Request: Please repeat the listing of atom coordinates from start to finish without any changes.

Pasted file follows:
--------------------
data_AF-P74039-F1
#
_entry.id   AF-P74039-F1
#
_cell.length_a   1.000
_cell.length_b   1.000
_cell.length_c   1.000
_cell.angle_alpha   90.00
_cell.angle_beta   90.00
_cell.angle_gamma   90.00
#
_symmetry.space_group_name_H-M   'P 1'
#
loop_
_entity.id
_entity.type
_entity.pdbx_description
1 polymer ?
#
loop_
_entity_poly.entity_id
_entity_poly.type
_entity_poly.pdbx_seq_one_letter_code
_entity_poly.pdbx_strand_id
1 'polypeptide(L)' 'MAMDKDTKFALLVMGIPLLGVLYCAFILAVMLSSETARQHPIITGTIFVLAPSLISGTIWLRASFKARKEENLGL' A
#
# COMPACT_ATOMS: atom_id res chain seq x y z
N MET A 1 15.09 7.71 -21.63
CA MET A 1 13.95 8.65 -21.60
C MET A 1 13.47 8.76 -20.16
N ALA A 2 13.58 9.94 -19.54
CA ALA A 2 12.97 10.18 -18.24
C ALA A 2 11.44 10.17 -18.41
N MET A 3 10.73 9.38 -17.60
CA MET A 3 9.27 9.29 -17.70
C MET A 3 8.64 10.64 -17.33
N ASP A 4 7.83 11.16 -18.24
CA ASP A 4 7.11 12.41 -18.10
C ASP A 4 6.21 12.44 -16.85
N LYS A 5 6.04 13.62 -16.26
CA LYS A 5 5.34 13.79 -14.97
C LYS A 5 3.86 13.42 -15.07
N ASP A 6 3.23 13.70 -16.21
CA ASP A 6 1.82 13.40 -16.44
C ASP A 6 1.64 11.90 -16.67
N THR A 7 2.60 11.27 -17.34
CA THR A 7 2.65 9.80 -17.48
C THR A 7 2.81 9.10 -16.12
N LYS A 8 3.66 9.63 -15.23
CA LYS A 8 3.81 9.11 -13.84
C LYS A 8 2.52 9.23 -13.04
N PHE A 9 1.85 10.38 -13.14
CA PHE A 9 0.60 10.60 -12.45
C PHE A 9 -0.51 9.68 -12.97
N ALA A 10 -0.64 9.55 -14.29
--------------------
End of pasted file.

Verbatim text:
data_AF-P74039-F1
#
_entry.id   AF-P74039-F1
#
_cell.length_a   1.000
_cell.length_b   1.000
_cell.length_c   1.000
_cell.angle_alpha   90.00
_cell.angle_beta   90.00
_cell.angle_gamma   90.00
#
_symmetry.space_group_name_H-M   'P 1'
#
loop_
_entity.id
_entity.type
_entity.pdbx_description
1 polymer ?
#
loop_
_entity_poly.entity_id
_entity_poly.type
_entity_poly.pdbx_seq_one_letter_code
_entity_poly.pdbx_strand_id
1 'polypeptide(L)' 'MAMDKDTKFALLVMGIPLLGVLYCAFILAVMLSSETARQHPIITGTIFVLAPSLISGTIWLRASFKARKEENLGL' A
#
# COMPACT_ATOMS: atom_id res chain seq x y z
N MET A 1 15.09 7.71 -21.63
CA MET A 1 13.95 8.65 -21.60
C MET A 1 13.47 8.76 -20.16
N ALA A 2 13.58 9.94 -19.54
CA ALA A 2 12.97 10.18 -18.24
C ALA A 2 11.44 10.17 -18.41
N MET A 3 10.73 9.38 -17.60
CA MET A 3 9.27 9.29 -17.70
C MET A 3 8.64 10.64 -17.33
N ASP A 4 7.83 11.16 -18.24
CA ASP A 4 7.11 12.41 -18.10
C ASP A 4 6.21 12.44 -16.85
N LYS A 5 6.04 13.62 -16.26
CA LYS A 5 5.34 13.79 -14.97
C LYS A 5 3.86 13.42 -15.07
N ASP A 6 3.23 13.70 -16.21
CA ASP A 6 1.82 13.40 -16.44
C ASP A 6 1.64 11.90 -16.67
N THR A 7 2.60 11.27 -17.34
CA THR A 7 2.65 9.80 -17.48
C THR A 7 2.81 9.10 -16.12
N LYS A 8 3.66 9.63 -15.23
CA LYS A 8 3.81 9.11 -13.84
C LYS A 8 2.52 9.23 -13.04
N PHE A 9 1.85 10.38 -13.14
CA PHE A 9 0.60 10.60 -12.45
C PHE A 9 -0.51 9.68 -12.97
N ALA A 10 -0.64 9.55 -14.29